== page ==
Raymond Chase r_chase at
Fri Aug 8 14:03:53 MDT 2003

Re the Marxist Internet Archive, I have more 4th Internationalist bulletins
in Esperanto from the 1930s (obtained from Ralph Dumain several years ago).
Also perhaps 15-20 original political books and booklets on Esperanto as a
tool for the revolutionary movement published by the Workers Esperanto
Movement (SAT) in the 1920s and 1930s.  I have a fairly strong interest in
this subject and am willing to correspond (Esperanto / English / French)
off-list with persons who are knowledgeable.

The SAT was a 3rd International cultural front.  Lunacharsky was the chair
of the 1926 world congress in Leningrad. Albert Einstein, Henri Barbusse,
Romain Rolland, and Ernst Toller were also chairs of  SAT  world congresses
in the 1920s.  The movement split in the early 30s over the class nature of
the USSR and workers' control of industry.  Outstanding original theorists
of the movement were the Paris-based founder Eugene Adam (Lanti), who was an
uncle of George Orwell*, and the Soviet linguist Ernst Drezen, known as the
Red Pope of Esperanto-land. Drezen died in the 1938 purge in which
approximately 15,000 members of the Soviet movement were liquidated.

Lenin attended Esperantist lectures while in exile in Zurich, where he
bought an Esperanto textbook for Inessa Armand.  According to Trotsky,
Stalin learned Esperanto while in prison in Baku.  Trotsky had an
unfavourable attitude toward Esperanto.  Lunacharsky was very favourable
toward Esperanto.  The first Soviet commemorative stamps were issued for the
1926  SAT congress in Leningrad.  Stalin was favourable toward Esperanto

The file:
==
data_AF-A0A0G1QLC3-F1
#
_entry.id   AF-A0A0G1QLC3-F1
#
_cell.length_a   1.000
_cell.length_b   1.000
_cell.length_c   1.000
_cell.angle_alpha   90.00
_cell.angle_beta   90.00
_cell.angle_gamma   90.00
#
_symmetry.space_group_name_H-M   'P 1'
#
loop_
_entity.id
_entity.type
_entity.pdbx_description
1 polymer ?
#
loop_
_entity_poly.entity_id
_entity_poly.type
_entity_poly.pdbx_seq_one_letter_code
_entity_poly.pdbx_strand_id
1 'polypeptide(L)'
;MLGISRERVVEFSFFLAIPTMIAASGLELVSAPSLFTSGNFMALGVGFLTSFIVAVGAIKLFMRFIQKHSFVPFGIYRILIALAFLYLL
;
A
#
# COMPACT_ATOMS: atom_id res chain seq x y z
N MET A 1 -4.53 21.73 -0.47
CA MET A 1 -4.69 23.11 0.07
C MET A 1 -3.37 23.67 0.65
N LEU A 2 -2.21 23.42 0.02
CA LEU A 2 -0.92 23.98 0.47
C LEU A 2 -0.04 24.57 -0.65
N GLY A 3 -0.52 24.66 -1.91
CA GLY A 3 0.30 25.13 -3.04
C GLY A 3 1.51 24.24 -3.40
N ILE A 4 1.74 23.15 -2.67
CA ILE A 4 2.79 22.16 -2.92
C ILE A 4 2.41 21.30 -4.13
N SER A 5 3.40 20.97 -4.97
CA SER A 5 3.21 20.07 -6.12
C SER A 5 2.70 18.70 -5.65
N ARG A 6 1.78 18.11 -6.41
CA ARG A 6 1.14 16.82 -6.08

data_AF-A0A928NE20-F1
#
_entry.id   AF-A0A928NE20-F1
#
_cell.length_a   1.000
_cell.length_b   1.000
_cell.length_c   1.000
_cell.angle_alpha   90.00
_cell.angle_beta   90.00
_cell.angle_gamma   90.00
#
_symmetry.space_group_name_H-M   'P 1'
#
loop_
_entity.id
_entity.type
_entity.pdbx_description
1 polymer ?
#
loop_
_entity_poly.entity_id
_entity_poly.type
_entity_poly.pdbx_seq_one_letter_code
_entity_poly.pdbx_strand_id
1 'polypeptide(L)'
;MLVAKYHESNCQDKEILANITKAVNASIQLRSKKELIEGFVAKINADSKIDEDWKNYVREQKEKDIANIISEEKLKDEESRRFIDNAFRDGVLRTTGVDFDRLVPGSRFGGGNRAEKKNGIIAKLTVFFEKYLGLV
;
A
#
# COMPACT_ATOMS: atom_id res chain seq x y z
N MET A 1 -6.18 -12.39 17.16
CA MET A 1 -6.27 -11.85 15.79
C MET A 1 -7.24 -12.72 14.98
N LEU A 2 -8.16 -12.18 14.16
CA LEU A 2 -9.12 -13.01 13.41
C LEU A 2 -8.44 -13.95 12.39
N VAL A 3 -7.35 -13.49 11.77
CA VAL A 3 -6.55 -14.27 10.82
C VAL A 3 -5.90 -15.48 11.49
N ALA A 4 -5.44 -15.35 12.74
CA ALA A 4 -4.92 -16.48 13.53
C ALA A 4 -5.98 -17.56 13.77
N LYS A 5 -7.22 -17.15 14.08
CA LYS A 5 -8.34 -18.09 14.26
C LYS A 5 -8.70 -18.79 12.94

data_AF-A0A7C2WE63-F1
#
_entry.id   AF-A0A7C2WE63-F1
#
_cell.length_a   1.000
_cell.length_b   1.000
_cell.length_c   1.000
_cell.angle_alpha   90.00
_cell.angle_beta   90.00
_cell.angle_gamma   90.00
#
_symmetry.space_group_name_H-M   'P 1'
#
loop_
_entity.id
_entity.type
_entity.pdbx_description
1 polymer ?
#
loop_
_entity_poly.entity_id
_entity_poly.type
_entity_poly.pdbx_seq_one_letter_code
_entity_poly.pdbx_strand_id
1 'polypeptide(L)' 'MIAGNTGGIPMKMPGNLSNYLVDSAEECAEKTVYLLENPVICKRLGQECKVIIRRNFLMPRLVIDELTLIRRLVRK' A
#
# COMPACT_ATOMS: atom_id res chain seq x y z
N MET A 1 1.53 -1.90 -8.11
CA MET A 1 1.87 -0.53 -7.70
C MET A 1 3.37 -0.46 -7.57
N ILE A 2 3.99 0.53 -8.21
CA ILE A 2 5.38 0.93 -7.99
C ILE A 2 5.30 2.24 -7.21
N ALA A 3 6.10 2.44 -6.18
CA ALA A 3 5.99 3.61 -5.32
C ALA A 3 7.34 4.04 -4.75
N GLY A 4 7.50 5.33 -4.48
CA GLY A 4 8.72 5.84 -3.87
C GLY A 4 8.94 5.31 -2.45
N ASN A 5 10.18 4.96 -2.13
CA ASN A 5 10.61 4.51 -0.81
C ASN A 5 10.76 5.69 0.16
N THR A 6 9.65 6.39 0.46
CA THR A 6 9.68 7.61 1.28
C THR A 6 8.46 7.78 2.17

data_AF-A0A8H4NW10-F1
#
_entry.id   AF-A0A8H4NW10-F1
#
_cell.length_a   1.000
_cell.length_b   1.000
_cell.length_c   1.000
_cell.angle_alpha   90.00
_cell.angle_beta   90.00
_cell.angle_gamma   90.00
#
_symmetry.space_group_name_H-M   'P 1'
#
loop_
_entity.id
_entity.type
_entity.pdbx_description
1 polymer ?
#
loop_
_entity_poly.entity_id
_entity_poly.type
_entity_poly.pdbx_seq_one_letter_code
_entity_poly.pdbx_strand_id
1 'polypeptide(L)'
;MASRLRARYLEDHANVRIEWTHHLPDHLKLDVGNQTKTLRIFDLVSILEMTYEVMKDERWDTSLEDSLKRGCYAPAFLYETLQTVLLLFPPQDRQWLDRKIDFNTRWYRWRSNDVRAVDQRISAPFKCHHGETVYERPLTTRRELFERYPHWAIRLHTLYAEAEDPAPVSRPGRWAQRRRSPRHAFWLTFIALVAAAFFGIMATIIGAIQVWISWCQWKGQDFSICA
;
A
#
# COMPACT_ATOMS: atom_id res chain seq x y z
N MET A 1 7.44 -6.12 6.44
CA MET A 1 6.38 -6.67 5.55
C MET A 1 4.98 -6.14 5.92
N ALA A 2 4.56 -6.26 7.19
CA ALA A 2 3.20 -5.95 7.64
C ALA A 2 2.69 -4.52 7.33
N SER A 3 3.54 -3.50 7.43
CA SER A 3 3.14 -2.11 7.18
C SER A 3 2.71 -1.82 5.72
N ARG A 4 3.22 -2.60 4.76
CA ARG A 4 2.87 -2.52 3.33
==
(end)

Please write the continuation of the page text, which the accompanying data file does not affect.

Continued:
until the 1938 purge.  The Soviet International Proletarian Esperantists
were liquidated because of their links to foreign Communists (as were Soviet
Spanish Civil War veterans).

After WW2, the Communist-fostered Esperanto Peace Movement (MEM) had a
favoured position in the Eastern European 'People's Democracies'.  MEM also
had annual world congresses.  Esperanto in pre-Republican China had been
adopted by leading anarchist revolutionaries.  In the 1930s, Mao while in
Yennan made the statement, "If Esperanto is a tool for proletarian
internationalism, it shall and must be learned."  After 1949 translations of
Chinese Communist political documents into Esperanto were regularly
published as was a glossy illustrated monthly Esperanto magazine (El Popola
Chinio).  Mao's Little Red Book was widely distributed in Esperanto.  The
Vietnamese also published political books in Esperanto during the Vietnam
War period.

*Orwell, who had once worked as a clerk in an Worker-Esperantist's
bookstore, despised Esperanto and in some ways parodied it (Newspeak) in his

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